Some of the most important questions regarding the relationship between media and culture are about communication. How are the meanings which make up a culture shared in society? How is power performed in the media? What identities and relationships take shape there? "Media Discourses" introduces readers to discourse analysis to show how media communication works. Written in a lively style and drawing on examples from contemporary media, it discusses what precisely gets represented in media texts, who gets to do the talking, what knowledge people need to share in order to understand the media and how power relations are reinforced or challenged. Each chapter discusses a particular media genre, including news, advertising, reality television and weblogs. At the same time, each chapter also introduces a range of approaches to media discourse, from analysis of linguistic details to the rules of conversation and the discursive construction of selfhood. A glossary explains key terms and suggestions for further reading are given at the end of each chapter.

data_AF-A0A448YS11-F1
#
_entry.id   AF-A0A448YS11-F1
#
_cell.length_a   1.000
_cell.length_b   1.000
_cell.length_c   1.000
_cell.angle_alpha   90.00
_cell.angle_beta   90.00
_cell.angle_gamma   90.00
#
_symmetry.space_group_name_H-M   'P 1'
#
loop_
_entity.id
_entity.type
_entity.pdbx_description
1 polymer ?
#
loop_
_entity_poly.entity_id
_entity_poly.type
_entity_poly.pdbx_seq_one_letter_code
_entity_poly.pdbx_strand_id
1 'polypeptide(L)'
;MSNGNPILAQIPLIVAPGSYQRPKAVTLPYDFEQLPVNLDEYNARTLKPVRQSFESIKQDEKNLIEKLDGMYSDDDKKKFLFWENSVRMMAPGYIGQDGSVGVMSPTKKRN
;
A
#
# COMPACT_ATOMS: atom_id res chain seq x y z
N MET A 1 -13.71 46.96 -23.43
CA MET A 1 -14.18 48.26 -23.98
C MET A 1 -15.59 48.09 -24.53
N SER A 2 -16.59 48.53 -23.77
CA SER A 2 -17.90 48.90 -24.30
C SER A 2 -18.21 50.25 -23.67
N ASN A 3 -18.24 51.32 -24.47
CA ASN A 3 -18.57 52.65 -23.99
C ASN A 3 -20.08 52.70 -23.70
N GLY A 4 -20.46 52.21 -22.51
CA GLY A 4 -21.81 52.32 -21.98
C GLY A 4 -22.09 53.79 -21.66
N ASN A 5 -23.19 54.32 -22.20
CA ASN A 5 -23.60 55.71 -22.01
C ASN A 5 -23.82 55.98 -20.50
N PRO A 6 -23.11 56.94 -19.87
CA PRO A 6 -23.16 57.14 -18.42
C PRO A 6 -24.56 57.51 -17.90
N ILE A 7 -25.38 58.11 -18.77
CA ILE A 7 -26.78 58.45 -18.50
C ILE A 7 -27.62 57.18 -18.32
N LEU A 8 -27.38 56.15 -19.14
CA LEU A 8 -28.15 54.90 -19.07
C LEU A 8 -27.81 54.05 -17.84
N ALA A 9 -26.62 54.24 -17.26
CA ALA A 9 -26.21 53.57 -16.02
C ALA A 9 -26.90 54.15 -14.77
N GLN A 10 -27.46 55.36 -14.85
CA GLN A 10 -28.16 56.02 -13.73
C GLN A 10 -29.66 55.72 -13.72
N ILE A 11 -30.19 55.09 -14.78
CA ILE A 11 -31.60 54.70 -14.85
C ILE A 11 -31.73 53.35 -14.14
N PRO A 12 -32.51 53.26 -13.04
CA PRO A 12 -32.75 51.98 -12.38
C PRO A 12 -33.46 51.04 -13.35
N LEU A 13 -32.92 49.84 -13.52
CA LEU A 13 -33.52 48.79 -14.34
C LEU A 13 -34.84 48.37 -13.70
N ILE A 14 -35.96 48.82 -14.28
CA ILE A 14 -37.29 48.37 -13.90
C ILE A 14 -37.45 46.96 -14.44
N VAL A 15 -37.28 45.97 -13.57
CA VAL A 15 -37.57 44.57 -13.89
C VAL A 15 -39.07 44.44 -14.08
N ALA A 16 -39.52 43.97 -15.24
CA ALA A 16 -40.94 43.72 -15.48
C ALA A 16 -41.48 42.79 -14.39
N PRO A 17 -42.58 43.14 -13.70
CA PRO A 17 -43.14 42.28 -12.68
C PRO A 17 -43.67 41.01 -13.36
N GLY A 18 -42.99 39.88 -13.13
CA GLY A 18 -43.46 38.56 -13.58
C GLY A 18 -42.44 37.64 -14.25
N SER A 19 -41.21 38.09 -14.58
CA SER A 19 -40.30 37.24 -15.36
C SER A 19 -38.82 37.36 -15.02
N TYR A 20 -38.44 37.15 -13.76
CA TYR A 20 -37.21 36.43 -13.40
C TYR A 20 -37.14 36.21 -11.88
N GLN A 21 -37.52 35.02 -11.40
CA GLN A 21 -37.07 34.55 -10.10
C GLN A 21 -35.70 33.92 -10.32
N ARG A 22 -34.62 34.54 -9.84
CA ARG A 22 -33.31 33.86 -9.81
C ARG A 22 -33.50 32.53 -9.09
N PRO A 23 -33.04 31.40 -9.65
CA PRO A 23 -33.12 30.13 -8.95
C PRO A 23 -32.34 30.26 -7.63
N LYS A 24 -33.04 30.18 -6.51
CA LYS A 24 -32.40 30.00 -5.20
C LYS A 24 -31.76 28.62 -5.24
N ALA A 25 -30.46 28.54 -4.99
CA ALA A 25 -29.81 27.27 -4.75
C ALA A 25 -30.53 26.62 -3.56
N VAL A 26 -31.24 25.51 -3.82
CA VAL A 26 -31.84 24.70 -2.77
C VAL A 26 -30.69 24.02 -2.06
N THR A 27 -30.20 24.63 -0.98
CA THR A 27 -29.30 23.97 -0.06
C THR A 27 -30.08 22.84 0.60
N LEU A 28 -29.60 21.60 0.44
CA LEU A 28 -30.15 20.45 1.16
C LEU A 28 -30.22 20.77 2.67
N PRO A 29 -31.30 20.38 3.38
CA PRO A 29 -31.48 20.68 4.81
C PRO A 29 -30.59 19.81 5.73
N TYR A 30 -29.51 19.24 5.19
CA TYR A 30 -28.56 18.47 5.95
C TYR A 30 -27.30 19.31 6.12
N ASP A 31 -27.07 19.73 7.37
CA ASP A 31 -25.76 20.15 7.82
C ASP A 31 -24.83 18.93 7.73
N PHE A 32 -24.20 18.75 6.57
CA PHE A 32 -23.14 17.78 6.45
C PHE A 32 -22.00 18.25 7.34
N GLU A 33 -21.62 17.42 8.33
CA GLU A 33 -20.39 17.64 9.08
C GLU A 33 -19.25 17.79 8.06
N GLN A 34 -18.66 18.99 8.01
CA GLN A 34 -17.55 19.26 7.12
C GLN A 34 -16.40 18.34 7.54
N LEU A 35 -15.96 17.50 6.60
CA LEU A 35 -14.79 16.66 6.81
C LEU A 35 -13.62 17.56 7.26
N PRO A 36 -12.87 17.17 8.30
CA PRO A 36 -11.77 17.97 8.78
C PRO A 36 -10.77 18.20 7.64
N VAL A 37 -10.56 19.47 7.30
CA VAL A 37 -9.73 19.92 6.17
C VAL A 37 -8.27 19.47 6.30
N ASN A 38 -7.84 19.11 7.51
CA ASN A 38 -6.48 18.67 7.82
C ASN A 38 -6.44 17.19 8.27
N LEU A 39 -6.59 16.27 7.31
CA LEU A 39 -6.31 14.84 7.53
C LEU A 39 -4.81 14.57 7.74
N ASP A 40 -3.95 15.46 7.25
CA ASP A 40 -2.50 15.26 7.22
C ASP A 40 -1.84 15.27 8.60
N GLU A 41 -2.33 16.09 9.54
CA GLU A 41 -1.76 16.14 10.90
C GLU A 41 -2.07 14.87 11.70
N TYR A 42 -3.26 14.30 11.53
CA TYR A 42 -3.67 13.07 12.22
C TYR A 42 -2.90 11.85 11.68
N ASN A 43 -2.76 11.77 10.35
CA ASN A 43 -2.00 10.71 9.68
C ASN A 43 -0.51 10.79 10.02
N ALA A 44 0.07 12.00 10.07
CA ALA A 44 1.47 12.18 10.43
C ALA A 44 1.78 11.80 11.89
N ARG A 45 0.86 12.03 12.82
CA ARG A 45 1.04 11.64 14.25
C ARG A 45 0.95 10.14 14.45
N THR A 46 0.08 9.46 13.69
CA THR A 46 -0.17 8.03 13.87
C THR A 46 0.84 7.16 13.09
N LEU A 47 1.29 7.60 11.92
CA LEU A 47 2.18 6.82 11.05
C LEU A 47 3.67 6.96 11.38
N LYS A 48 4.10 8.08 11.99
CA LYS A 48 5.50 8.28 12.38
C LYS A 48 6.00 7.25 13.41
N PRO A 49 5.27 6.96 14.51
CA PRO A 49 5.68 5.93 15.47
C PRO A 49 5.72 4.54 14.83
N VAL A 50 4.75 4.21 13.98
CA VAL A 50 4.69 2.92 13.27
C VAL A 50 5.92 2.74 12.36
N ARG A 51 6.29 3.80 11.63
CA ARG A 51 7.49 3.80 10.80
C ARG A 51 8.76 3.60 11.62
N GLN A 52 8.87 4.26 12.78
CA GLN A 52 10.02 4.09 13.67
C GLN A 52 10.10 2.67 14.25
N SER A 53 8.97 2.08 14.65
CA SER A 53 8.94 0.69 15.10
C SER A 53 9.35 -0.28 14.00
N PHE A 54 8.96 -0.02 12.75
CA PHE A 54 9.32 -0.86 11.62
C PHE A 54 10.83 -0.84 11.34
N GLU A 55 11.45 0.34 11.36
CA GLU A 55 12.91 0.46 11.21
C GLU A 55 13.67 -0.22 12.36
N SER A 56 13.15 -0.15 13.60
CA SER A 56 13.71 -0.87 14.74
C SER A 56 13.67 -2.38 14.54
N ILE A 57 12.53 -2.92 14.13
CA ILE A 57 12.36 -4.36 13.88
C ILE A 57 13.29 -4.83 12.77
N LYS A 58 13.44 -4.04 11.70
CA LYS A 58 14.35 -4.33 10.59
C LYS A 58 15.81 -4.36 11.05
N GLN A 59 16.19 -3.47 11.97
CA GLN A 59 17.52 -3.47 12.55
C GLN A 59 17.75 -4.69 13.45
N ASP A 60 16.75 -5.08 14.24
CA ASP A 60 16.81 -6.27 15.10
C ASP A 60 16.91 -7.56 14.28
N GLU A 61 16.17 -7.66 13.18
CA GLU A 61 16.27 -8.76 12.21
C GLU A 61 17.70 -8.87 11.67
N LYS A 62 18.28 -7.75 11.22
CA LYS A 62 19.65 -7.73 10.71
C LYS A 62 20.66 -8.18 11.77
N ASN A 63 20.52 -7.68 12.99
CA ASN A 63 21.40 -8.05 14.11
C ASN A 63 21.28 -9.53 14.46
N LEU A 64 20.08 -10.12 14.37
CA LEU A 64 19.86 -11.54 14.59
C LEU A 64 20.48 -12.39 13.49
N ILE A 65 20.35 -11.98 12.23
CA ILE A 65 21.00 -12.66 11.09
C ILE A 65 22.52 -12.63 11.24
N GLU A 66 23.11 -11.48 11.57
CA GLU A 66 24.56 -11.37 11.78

This is a key text for media studies, mass communication, communication studies, linguistics and journalism studies students